Saturday night I watched Brokeback Mountain. If you don't want to be spoiled for this movie, stop reading now because I'll be talking about the plot and characters in depth.
In the bonus materials there were lots of "making of" little segments. And in one, Michelle Williams says that there's always something more behind that sort of stereotype. To simply call it the Gay Cowboy Movie really does do it a disservice.
I'm not gay and don't plan to be any time soon, nor do I have any close gay friends. And to be honest, the few REALLY physical scenes did give me a few moments of "well, um, ok". But there were only a couple of those scenes, the rest were kisses or just touches.
In order to see the beauty of Brokeback, you need to shelve all that and really really look at the big picture.
Number one on the list - the scenery. When they panned the highway shot through the mountains, I just felt HOME. Now I grew up in New Brunswick and moved to Alberta 10 years ago. But I love being so close to the mountains. The initial part of the movie that was set up on Brokeback was visually just stunning.
Number two, what was this movie really about?
Was it about two cowboys and their love affair? Well, yes, simply put. But it was more about loving someone who you don't want to love. Who you shouldn't love. Who you can't help but love but have to do it in private.
It's about struggling to live a lie when in your heart you're dying inside. And this struggle seemed so much harder for Innes than it did for Jack. It's about feeling something that goes against everything you've been raised to believe. When Innes says that he and Jack can't possibly have a ranch somewhere together, it's because of what his father showed him when he was a boy. And in the end he's right, because after he and Jack "break up", and Jack decides that he's going to move on, the exact same thing happens to him.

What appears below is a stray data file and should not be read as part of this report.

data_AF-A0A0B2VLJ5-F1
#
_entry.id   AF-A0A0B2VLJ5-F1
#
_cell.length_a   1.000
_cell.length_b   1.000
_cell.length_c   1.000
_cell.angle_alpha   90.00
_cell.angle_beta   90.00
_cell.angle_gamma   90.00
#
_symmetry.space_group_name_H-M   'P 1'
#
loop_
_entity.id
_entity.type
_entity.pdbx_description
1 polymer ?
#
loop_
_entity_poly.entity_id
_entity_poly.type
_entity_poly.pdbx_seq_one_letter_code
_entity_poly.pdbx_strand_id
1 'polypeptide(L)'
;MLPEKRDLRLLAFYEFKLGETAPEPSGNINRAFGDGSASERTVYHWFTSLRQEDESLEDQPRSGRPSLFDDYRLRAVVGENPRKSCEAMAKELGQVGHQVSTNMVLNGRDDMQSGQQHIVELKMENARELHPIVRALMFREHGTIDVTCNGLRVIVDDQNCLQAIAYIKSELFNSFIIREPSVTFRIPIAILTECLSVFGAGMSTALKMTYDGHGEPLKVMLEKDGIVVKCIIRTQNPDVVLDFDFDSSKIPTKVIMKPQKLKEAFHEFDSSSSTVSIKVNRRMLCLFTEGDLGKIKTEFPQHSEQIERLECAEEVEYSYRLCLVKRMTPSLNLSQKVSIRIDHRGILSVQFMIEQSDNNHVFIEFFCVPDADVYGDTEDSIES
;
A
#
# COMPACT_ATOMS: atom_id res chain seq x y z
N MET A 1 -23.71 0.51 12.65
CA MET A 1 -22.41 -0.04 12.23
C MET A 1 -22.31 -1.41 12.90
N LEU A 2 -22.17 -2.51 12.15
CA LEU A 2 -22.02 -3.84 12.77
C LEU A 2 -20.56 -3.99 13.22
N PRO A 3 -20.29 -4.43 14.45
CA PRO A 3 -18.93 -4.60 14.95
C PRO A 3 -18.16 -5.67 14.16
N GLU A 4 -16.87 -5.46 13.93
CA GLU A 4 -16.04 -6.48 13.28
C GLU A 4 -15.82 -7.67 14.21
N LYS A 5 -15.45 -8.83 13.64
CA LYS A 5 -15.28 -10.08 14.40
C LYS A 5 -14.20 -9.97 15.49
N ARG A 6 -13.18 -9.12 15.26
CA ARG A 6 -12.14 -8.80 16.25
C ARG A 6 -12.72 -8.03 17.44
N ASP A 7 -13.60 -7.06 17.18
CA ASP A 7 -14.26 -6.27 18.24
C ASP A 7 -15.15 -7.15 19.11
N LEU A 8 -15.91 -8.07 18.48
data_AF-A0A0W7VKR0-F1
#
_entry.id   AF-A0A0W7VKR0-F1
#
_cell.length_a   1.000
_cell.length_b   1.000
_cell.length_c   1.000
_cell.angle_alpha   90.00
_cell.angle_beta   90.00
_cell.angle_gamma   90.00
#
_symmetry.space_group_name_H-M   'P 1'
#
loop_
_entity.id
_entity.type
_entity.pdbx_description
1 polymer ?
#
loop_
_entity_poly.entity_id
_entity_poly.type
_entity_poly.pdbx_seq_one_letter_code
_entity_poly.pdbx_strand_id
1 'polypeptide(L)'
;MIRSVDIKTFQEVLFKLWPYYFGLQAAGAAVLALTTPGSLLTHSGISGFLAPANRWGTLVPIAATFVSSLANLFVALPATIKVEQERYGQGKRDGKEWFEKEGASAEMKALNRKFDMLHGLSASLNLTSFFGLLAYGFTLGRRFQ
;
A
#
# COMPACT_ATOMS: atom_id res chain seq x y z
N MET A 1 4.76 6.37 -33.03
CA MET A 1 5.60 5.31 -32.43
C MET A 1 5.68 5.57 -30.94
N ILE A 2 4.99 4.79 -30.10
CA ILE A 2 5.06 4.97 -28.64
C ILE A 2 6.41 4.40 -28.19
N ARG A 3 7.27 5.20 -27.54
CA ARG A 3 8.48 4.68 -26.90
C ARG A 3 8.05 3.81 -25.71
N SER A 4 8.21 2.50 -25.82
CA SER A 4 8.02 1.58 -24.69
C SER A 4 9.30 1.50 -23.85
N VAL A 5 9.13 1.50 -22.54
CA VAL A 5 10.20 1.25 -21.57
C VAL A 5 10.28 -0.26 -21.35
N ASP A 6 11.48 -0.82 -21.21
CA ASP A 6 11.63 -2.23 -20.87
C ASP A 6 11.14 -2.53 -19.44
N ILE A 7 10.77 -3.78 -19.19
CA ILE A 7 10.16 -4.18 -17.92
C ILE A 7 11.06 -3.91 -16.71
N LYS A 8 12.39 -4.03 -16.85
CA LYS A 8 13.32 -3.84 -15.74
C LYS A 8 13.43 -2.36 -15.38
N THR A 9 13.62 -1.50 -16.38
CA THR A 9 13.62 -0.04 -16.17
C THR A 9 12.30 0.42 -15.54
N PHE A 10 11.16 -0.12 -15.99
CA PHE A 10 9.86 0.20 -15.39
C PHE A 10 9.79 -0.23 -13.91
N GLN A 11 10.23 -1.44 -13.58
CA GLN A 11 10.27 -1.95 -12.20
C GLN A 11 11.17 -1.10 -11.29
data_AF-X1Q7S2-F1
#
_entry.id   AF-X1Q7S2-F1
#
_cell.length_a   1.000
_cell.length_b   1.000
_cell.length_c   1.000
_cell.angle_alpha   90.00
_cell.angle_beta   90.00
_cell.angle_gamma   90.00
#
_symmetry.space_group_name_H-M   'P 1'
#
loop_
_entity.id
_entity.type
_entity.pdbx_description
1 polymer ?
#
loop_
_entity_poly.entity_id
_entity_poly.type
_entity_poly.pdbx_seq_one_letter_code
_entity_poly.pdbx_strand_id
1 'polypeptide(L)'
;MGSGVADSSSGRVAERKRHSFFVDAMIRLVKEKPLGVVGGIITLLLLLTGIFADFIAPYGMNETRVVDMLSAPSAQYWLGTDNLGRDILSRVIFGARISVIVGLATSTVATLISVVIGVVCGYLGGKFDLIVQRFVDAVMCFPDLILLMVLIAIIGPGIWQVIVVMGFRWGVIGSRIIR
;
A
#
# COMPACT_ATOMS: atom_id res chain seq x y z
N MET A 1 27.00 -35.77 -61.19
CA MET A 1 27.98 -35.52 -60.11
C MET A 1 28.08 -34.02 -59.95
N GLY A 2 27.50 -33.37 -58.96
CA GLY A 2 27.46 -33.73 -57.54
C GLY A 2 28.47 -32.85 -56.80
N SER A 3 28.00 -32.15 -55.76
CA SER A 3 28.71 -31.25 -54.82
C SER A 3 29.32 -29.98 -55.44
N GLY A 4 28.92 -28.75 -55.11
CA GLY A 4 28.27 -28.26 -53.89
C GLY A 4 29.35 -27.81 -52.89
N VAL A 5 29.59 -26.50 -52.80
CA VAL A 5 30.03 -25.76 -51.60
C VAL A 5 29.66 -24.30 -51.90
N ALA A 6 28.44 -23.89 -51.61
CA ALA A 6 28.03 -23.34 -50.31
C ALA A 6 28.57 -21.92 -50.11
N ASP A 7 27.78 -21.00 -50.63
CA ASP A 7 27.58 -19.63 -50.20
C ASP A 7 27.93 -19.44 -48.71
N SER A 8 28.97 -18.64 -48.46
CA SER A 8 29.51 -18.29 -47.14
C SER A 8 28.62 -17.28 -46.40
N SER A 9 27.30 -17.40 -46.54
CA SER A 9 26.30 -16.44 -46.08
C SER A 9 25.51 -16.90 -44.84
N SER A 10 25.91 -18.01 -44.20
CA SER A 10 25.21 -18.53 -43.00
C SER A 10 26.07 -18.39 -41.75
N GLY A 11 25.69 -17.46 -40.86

I cried for probably the last half hour of the movie. Which brings me to my one big gripe.
I should have known that an Academy winner couldn't possibly have a happy ending. I'm not sure why unhappy endings are considered "artistic", but I hate it.
I hate that the last words they had were ending their relationship.
I hate that they never had the chance to reconcile. I hate that Jack died. I hate that his wife lied about how he died and that he got gay bashed. When Innes goes to Jacks' folk's place and sees the shirt, the one he thought he left up on the mountain, my heart just broke for him. I pretty much lost it at that part...as I also realized that this was the end of the line. There would be no reconciliation.
You know, that's why I love writing what I do. I'm hooked on happily ever after and I'm fully ok with that expectation. Call me a sap but in a book or movie, or life, for that matter, if you torture your characters that much they at least deserve to ride into the sunset or whatever. I want to be left with a sense of hope and optimism, that satisfying feeling that everything is right with the world. Yeah, maybe those other books and movies make you THINK a lot, but I want to FEEL. And when I feel, I want it to be good feelings.
In other news, I finished one of my research books yesterday, one on Canadian Peacekeepers. Now I'm reading "Friendly Fire: The Untold Story of the US Bombing that Killed Four Canadian Soldiers in Afghanistan". It is non-fiction, so far looks pretty unbiased, and is simply gripping. Good thing because it's also LONG!